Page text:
Case design, PSU placement, CPUs cooler questions

Looking for some help picking out designing a build optimized for reduced noise with good airflow on a budget. Haven't done this in a while and the techs seem to have evolved quite a bit so I need some help figuring out what best suits my needs.

As for cases there seem to be two main designs, ones with the PSU on the top and those with them one the bottom. The idea of putting the PSU on the bottom seems kinda wierd to me for several reasons. For one, its fan is gonna be sucking right out cold air comming from the bottom. Secondly since the fan ain't really doing anything good for you its just wasted noise that needs to be compensated by additional fans. I guess on the plus side you can vent to the cpu and exaust directly out. I really don't understand why this is any better then ducting to the cpu and then venting to the exaust to the psu fan.

Next question I have relates to how you set up the CPU cooler with the ducts and exaust. With these new cases with ducts on the side panel seems like the vent would work best with a cooler that blows onto the CPU. However the more popular coolers seem to be the ones that blow air perpendicular the CPU. So basically whats the best way to pair one fo these with the duct and exaust?

Some of the cases I'm looking at at the Antech 300 which seems to have good ventilation but also has the PSU on the bottom. The Antech SOLO which is supposed to be quiet but lacks a side vent and may be too small for me. Mabey the Cooler Master Elite 324/5 which again might be too small for me. Also looked at some of the Sunbeams like the Freezing Storm.

Planning on a Radeon 3450 and Arctic Cooling Glacial 7 or possibly a Xigmatex 1263. Things I want for the case are front filter system, at least front and rear 120s, and possibly side CPU duct and less importantly a vent near the GPU. Looking to spend at most $80 if anyone has any good suggestions.
1 answer Last reply
More about case design placement cpus cooler questions
  1. You might also want to check out sites like Silent PC Review. I'd stick with a standard PS-at-top case. Don't worry about front filters and front fans, because they don't do any good. The three things to concentrate on:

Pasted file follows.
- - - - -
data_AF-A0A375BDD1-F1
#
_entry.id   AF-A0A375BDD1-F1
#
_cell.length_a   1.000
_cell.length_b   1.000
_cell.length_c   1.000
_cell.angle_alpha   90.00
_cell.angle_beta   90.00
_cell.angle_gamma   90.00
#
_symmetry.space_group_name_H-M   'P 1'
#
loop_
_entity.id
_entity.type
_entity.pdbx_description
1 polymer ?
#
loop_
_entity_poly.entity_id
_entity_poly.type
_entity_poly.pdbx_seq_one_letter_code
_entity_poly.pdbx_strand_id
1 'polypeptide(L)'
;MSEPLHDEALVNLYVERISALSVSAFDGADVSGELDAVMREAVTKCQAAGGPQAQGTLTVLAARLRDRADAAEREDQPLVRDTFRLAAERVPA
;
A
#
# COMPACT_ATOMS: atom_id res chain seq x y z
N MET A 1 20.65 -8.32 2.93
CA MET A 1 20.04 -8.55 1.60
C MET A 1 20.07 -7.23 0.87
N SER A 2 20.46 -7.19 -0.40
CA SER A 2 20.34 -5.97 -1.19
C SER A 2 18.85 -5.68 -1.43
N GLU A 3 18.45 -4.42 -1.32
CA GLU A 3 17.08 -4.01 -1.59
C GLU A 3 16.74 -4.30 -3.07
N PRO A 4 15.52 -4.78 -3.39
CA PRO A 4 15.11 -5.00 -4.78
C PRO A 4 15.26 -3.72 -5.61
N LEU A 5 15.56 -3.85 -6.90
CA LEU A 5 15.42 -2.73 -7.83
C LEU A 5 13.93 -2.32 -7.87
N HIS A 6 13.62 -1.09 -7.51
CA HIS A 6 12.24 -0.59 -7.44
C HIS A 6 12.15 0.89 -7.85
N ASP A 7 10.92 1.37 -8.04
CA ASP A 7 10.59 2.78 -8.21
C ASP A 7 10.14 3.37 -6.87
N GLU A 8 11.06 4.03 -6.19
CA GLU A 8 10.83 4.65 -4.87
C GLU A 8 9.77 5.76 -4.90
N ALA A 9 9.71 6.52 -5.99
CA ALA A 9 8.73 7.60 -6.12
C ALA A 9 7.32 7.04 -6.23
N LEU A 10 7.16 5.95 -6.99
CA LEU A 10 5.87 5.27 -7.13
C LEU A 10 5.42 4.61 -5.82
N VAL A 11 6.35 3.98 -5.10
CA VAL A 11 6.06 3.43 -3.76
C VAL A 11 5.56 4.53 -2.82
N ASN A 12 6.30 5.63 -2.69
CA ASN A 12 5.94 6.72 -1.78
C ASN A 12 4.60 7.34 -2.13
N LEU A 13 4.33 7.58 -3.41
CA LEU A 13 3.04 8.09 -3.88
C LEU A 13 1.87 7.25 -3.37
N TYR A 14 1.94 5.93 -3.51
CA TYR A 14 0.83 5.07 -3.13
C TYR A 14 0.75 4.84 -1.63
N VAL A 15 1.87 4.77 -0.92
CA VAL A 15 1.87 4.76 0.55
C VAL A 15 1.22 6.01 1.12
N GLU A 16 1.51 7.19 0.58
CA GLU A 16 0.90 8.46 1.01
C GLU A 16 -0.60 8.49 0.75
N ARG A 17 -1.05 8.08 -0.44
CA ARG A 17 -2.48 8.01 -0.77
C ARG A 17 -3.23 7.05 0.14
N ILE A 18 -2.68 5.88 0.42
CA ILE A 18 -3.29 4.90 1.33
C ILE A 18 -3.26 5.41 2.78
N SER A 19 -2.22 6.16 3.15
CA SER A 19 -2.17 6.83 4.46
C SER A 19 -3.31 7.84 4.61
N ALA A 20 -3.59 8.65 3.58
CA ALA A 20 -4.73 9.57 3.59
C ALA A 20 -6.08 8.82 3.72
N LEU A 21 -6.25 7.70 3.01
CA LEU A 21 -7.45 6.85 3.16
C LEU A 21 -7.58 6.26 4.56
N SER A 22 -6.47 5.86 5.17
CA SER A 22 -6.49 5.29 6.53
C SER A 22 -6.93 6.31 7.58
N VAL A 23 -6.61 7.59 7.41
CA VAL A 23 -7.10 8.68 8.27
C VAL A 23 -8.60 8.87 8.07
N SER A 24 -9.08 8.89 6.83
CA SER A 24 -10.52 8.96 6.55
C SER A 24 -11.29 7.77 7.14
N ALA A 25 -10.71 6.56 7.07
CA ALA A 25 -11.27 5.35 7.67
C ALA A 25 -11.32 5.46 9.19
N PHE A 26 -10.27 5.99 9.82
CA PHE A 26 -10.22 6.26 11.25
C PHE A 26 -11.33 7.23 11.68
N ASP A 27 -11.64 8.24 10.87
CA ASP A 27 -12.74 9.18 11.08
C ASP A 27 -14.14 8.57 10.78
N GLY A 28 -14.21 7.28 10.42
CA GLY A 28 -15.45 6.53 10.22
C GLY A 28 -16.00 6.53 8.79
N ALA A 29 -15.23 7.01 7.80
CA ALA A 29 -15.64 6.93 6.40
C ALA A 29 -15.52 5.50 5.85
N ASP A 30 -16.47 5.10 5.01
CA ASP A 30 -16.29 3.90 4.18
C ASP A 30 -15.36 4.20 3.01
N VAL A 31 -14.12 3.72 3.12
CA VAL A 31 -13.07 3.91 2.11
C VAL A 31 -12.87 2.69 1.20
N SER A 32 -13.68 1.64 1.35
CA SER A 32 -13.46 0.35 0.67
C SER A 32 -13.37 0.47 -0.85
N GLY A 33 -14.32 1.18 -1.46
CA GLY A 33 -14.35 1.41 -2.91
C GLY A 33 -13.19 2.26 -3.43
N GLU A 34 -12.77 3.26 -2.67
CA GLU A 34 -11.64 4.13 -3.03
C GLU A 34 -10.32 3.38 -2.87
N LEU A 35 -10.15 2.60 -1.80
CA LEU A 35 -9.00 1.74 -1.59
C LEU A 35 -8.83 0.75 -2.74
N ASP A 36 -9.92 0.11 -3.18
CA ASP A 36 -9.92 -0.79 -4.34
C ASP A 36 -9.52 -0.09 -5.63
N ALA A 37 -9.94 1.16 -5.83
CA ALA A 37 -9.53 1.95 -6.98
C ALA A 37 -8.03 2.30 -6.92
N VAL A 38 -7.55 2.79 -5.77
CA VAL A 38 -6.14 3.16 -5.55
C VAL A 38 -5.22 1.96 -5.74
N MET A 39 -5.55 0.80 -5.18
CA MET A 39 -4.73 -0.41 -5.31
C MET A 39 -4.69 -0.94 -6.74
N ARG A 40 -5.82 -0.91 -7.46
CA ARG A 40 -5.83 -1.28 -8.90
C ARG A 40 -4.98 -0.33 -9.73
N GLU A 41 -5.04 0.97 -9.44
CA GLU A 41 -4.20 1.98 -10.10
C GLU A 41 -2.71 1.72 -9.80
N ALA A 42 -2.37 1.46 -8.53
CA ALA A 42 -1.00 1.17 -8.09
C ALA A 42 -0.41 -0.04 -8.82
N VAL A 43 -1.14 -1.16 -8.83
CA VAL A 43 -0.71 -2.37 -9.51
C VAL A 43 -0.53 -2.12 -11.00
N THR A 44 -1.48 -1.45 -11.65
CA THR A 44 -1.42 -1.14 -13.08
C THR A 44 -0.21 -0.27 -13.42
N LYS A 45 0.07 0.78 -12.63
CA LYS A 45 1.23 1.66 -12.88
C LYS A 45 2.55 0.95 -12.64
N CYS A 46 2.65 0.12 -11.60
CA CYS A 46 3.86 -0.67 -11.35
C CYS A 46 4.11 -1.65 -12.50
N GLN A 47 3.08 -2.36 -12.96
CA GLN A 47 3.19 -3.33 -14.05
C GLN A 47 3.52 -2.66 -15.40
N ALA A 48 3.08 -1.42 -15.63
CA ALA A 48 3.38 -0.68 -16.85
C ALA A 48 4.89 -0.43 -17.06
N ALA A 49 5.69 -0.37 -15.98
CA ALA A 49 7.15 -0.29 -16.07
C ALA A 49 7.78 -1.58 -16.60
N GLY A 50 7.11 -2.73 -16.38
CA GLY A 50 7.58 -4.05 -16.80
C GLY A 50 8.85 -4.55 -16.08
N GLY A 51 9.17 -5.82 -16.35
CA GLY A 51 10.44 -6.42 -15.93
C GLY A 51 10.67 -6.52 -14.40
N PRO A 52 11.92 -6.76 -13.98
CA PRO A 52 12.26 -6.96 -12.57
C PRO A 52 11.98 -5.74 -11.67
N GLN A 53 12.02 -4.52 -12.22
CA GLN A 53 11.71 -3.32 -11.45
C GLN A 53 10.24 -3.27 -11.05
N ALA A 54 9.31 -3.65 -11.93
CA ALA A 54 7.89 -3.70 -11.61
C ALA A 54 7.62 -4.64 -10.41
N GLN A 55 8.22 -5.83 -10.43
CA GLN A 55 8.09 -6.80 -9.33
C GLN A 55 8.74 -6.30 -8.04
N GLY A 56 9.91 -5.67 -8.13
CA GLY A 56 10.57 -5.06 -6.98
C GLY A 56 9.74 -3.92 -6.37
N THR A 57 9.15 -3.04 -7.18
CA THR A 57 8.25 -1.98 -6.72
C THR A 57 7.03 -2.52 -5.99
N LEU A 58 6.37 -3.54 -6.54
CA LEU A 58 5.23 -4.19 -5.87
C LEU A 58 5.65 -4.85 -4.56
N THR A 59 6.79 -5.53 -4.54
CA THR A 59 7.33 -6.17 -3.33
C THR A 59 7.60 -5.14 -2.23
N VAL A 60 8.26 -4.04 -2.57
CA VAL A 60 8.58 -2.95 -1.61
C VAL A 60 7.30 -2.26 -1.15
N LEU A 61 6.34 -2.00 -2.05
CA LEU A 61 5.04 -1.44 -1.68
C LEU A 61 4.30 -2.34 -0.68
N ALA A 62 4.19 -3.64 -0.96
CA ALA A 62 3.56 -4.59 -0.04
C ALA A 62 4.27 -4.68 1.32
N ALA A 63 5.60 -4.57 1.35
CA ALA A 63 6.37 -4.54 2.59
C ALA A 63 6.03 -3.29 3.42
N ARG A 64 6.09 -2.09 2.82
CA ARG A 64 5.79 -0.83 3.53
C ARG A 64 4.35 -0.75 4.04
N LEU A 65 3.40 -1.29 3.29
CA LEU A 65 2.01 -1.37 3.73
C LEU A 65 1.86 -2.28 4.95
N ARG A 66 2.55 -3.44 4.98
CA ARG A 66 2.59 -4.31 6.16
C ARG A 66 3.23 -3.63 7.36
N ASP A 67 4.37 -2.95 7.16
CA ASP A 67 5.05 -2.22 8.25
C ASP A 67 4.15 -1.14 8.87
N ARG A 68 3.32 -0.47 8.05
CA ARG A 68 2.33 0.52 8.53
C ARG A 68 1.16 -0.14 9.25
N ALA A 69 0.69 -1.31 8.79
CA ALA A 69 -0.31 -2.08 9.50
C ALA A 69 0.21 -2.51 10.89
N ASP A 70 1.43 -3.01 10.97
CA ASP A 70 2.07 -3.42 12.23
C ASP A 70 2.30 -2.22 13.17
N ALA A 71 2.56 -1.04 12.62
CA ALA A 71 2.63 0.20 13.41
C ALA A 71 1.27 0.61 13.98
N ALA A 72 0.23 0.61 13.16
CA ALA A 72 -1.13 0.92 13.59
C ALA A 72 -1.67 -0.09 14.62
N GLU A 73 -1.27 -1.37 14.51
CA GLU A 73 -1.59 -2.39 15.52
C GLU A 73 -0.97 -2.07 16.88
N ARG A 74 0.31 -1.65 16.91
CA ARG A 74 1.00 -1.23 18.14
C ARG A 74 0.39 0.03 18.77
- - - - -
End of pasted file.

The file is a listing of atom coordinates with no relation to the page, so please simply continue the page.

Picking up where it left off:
1) Overall airflow through the case. This pretty much means making sure you have enough exhaust fans. Intake will take care of itself (the side vents for graphics card area and CPU area will help with that, but you also want air to be drawn in from the front of the case (usually the bottom). Modern more-efficient power supplies produce less heat, so their fans don't run as much and/or as fast. Thus, you can't count on the PS fan for exhaust anymore. Make sure you have at least one good 120mm exhaust fan on the upper back of the case; a second in that area or the top may be necessary if you have a furnace of a graphics card, but that doesn't seem to be true for you.
    2) How much heat will the graphics card add to the inside of the case (which will then need to be removed by the case exhaust fan(s))? Yours should be modest, so not really an issue here.
    3) CPU cooling. Many people think that aftermarket coolers must be better than the stock cooler that comes with the CPU, but they are wrong. The stock cooler isn't bad, and by using the BIOS fan speed settings, you can often set it so it's not noisy. In addition, very few aftermarket coolers are "downdraft-style", replicating the stock cooler's cooling of components near the CPU (e.g. north bridge, PWM area) by its down-and-out-in-all-directions airflow. This lack of secondary cooling can cause problems with a number of MB designs.

    I'd look at the Arctic Cooling line of 120mm exhaust fans for affordable, quiet, good-airflow fans. You might also check out something like the Antec temperature-controlled case fans.
Ask a new question

Read More

Power Supplies Cases CPUs Components